Wednesday, 12 March 2014

What is The Imagination Museum about?

As we go into re-rehearsal of The Imagination Museum for our forthcoming performances at Dance Woking (3rd April, 1pm schools matinee; 6.30pm evening performance) and Northampton Museum & Art Gallery (9th April; 11am, 1.30, 2.30pm), I’m looking over rehearsal/performance footage and old notes, and thought I’d share some more updated information about what the piece has grown into since we started researching it in March 2013. I’m going to put this into several blog posts, as there’s quite a lot of information to share!

What is The Imagination Museum about?

Photo by Chris Nash
Our wonderful writer-collaborator Anna Selby wrote a series of poems and fragments in response to a range of different museum artefacts including a fossil, an Ice Age engraving, a stone tool, Roman armour and an excavated skull. This selection of artefacts was informed by our R&D with members of our target audience. Some of Anna’s writing also speculates about hypothetical future artefacts, which enables the audience to think about what might happen next, what we are at risk of losing, and what will change.

I then worked with the dancers to bring these written pieces to life through solo, duet and trio activity. Additionally, each of the dancers has created an eccentric ‘tour-guide’ character for the transitions between the artefact-stories. These tour-guides are called Mildred (who is in charge), Henry (who likes to cause trouble) and Harriet (who likes to go off into her own world), and they keep the audience entertained with a lot of to-ing, fro-ing, measuring and questioning.

The piece is highly interactive, integrating set choreographic elements as well as improvised sections that are developed in response to the audience. It has been designed so that it can be performed as a complete piece or in extract form, as appropriate to each performance context. So, for example, in a theatre the piece begins with a 10 minute ‘pre-set’ as the audience are entering the auditorium, and then runs for 50 minutes. We can also perform extracts from this full piece as a promenade throughout a museum, and we can introduce new elements as well in response to the input of children local to the museum/heritage site and/or to the particular collection/focus of each museum.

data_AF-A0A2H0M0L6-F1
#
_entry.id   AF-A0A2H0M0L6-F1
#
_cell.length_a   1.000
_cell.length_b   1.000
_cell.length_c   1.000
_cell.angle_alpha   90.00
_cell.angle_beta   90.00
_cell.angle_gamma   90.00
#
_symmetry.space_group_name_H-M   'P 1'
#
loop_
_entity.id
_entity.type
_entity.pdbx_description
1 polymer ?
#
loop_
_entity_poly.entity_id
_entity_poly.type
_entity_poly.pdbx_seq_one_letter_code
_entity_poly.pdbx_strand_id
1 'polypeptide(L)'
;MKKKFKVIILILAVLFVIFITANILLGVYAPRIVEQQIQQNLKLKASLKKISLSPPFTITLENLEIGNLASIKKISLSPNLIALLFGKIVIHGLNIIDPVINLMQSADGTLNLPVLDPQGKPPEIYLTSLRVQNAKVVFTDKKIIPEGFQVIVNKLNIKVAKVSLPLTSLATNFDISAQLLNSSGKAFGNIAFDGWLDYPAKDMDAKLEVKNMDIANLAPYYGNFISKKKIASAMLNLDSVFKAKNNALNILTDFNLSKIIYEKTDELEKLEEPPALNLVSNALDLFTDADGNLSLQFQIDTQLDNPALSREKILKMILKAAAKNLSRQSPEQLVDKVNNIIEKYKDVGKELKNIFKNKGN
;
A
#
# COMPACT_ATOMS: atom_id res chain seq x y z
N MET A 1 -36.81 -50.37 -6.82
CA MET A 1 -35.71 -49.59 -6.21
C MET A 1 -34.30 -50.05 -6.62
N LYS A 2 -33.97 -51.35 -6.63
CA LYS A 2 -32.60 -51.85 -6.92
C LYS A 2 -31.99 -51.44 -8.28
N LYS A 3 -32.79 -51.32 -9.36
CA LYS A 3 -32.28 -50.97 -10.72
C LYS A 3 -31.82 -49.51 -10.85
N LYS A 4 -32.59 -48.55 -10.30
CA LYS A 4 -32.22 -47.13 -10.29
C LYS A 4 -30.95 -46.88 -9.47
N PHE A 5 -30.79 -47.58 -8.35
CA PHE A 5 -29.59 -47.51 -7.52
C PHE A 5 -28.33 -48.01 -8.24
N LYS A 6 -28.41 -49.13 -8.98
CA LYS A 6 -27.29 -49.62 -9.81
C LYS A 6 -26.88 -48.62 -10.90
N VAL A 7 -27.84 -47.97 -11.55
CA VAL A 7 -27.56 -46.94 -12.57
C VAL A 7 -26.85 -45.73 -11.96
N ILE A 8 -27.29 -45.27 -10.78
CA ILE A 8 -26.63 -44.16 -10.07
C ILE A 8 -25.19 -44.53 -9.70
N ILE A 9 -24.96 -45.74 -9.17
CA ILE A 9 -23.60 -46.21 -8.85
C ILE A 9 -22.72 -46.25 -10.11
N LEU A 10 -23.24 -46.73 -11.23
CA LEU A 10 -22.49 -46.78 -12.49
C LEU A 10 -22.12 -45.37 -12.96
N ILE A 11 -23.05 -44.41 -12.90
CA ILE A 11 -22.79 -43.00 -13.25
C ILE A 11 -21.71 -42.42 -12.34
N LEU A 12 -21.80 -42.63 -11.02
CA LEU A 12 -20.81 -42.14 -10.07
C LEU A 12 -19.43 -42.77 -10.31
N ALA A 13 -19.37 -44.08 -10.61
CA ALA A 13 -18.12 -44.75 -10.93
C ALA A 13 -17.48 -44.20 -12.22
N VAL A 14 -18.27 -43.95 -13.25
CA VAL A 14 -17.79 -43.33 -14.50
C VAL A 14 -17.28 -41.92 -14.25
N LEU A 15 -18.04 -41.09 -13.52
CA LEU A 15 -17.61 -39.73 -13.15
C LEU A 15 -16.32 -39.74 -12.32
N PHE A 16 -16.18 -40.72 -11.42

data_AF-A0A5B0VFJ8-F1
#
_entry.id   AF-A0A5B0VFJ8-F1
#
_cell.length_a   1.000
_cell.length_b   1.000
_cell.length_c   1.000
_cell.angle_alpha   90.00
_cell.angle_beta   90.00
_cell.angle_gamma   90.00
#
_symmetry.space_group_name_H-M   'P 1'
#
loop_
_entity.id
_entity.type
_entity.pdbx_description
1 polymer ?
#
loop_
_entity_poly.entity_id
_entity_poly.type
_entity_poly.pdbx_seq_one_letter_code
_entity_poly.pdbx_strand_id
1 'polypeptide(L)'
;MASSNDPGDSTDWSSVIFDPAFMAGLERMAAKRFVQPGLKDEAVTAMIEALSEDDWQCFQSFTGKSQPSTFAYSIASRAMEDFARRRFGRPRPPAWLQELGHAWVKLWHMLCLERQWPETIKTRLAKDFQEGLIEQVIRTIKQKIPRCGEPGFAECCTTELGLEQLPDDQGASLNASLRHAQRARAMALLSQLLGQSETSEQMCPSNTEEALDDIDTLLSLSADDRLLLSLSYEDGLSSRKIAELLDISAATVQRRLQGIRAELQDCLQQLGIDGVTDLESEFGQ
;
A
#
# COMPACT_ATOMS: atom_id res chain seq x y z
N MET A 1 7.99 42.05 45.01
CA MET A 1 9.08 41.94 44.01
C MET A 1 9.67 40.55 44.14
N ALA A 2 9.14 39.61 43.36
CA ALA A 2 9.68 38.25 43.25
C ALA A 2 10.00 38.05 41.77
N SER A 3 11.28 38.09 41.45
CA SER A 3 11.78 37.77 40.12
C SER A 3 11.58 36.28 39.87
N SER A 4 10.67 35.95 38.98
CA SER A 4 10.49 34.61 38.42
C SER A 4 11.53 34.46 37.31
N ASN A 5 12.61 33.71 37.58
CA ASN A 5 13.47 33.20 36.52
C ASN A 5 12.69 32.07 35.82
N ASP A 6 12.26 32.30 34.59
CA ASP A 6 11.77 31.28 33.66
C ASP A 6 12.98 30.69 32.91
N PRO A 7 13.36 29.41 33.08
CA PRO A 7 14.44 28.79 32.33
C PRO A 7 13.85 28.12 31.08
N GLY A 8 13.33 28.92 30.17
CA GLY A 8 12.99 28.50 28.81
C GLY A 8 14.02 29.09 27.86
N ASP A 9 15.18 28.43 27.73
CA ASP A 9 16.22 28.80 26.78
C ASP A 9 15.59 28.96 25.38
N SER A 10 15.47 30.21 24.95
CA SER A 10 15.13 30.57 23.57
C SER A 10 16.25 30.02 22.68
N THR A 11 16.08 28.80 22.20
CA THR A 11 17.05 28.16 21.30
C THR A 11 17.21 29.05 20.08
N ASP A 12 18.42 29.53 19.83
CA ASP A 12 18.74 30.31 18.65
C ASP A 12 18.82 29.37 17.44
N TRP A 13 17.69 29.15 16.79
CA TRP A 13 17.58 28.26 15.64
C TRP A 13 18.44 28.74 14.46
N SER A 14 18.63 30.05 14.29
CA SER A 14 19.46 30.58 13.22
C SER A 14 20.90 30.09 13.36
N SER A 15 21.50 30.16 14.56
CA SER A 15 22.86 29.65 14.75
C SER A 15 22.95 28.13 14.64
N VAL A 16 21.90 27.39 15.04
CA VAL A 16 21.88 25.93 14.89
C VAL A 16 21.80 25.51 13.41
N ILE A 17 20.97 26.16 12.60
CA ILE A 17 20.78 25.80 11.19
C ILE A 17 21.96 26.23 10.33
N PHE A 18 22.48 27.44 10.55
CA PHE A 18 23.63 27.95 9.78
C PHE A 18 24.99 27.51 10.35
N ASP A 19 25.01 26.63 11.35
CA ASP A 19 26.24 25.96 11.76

What have people said about the work so far?

Photo by Chris Nash
We’ve been fortunate to receive lots of great feedback on the work from our first young audiences and their teachers/families, which indicates that the children like The Imagination Museum’s physicality, interactivity and the way that it is entertaining but also atmospheric, and gives a little bit of historical information as well. For example:

“It was action packed...Bouncy”
“I liked it when we had to throw the boxes down to Henry and when they put the big box on their head”
“I really liked it when they came into the audience and asked us things”
“It made us think”
“I learnt about fossils and facts I didn’t know”
“I learnt some new history in a fun way!”
“I’d like to see the future, no one really knows what will happen in the future so I’d like to see what other people think will happen”
“Funny, brilliant, gobsmacking”

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